Legislation is required if there is to be certainty and fairness for defendants, andeffective legal recourse for the recording industry. As a group, the recording industryﬁnds itself facing a technology that allows infringement on an enormous scale and aCopyright Act that provides them little recourse against it. Moreover, their mostsigniﬁcant attempt to expand protection under this Act, the “making available” argument,fails, as they garner no support from the language of the Copyright Act, the torturing of the deﬁnition of “publication”, the Register of Copyrights, or the case law. Further, inthe resulting confusion the courts have at times ground to a halt and individuals havebeen subjected to terriﬁc uncertainty.
The Recording Industry and Peer-to-Peer
The RIAA speculates that the recording industry worldwide loses up to $12.5billion a year between online and more traditional forms of piracy.
A large portion of online piracy is accomplished through the use of peer-to-peer ﬁle-sharing software, nowoperating mostly on the Gnutella network.
Using pieces of software, users log on to theﬁle-sharing network from their individual computers and are immediately connected tocountless users all over the world. Once connected, users can search the computers of other users (typically, only those ﬁles contained in the users’ “shared” folder), anddownload those ﬁles of interest to them. All types of ﬁles can be downloaded to anindividual computer in this manner, and users often use this means to acquire copies of sound recordings in contravention of 17 U.S.C. § 106 (1) and (3). The RIAA has beensuccessful in suing a number of developers of peer-to-peer software developers, mostnotably in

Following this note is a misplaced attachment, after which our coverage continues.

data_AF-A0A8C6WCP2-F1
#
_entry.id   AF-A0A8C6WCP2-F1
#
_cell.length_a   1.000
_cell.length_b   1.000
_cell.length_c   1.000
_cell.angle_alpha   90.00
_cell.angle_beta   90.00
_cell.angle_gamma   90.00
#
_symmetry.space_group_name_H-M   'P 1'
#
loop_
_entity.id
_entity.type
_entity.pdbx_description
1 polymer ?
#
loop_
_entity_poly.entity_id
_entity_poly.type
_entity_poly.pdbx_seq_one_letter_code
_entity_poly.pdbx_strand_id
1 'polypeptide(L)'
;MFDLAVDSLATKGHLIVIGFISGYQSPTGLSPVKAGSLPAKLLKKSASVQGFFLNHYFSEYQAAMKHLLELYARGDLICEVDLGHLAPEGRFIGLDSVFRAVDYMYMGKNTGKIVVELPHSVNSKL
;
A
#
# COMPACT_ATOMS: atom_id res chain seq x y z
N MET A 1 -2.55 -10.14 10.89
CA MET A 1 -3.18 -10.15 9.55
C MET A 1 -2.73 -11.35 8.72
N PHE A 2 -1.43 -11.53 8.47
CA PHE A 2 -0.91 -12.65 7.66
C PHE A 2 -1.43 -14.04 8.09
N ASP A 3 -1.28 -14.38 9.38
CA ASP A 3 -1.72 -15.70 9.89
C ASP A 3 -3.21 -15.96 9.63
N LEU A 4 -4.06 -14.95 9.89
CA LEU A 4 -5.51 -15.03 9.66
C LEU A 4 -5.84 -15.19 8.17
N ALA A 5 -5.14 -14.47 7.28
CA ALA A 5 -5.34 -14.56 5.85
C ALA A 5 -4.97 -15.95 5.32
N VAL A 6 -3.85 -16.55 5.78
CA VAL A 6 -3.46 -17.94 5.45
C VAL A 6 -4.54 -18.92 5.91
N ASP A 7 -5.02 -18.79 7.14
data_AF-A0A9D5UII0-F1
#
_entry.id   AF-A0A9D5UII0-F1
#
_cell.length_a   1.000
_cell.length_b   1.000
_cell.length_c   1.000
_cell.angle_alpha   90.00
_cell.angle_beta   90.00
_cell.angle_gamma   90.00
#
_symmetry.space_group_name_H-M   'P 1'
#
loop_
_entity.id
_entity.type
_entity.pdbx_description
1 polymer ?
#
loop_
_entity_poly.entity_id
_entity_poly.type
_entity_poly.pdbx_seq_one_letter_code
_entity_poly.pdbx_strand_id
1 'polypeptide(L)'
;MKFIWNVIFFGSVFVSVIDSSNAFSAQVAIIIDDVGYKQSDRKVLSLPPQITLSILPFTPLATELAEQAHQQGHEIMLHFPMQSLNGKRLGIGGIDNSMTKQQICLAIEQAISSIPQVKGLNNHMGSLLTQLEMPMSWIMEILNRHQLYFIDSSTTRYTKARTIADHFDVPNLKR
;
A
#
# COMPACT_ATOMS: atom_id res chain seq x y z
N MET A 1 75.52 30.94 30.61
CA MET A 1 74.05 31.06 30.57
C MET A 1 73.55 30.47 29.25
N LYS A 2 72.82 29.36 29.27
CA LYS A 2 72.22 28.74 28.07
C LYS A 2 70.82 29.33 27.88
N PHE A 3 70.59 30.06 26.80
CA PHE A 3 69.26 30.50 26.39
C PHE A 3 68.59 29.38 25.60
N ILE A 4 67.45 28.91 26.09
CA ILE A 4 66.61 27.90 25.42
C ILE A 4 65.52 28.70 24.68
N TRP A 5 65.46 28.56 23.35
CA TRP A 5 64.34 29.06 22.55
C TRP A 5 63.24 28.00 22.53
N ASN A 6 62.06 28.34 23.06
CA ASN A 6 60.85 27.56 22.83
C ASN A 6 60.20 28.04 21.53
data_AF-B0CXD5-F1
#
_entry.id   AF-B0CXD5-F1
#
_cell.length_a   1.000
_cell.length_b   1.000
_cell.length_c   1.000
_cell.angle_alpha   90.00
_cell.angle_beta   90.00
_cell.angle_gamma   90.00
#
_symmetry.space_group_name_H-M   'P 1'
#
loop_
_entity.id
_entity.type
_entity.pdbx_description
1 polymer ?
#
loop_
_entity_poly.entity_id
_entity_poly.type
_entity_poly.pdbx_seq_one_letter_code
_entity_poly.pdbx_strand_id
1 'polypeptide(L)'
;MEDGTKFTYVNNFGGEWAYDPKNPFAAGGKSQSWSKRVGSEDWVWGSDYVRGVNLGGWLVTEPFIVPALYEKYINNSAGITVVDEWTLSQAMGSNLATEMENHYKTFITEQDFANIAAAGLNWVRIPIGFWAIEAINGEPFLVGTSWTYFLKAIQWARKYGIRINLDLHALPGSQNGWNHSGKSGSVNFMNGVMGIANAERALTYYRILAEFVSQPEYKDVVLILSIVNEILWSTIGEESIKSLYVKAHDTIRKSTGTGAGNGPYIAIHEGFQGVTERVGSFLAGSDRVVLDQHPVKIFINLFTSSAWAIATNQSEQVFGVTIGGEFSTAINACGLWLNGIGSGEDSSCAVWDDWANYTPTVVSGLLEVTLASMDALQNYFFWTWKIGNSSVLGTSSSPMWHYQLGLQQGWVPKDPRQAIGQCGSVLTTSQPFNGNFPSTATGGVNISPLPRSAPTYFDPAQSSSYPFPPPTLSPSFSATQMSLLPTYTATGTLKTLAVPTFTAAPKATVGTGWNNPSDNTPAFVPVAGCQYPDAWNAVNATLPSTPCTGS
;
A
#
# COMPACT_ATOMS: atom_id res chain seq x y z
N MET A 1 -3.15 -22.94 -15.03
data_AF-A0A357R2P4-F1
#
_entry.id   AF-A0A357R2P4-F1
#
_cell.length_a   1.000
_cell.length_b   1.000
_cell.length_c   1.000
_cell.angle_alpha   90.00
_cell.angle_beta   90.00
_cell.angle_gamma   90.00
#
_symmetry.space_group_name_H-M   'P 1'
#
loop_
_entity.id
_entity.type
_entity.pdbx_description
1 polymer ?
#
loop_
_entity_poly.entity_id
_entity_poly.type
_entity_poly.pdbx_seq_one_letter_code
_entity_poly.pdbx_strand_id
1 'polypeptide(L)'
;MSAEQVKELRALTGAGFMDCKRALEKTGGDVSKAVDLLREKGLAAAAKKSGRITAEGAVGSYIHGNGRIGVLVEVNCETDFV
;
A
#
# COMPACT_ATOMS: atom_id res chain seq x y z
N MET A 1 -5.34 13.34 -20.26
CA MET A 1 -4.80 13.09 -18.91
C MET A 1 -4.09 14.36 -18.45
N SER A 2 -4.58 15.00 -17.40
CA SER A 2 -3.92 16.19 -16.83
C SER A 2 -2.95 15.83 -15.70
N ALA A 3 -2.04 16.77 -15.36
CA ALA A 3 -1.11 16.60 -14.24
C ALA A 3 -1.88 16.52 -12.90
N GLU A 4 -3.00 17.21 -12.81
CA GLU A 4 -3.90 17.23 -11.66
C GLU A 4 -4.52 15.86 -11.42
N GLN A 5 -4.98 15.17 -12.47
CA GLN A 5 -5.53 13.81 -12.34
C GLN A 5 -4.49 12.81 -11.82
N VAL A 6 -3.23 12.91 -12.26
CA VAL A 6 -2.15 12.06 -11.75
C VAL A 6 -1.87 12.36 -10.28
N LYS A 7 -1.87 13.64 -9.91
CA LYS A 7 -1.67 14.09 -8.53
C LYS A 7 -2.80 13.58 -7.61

MGM v. Grokster
, and continues to sue others.
Peer-to-peer software is unique however, in that it does not require a centralized,established, software developer. Peer-to-peer software is in fact largely self-perpetuating.The reason is the difference between the client and the network. Peer-to-peer software, asa colloquial term, describes the ﬁle-sharing client, that is, the software on the individualcomputer that connects to the network. The network can be more aptly described as auniform piece of code found in the clients that allows users to connect to each other.Software developers create clients with different user interfaces, search options, etc., all
For Students Doing Reports
http://www.riaa.org/faq.php (last visited May 9, 2008).
Study: BitTorrent sees big growth, LimeWire still #1 P2P app
, Ars Technica
http://arstechnica.com/news.ars/post/20080421-study-bittorren-sees-big-growth-limewire-still-1-p2p-app.html(April 21, 2008).
Metro-Goldwyn-Mayer Studios Inc. v. Grokster, Ltd.
, 545 U.S. 913 (2005).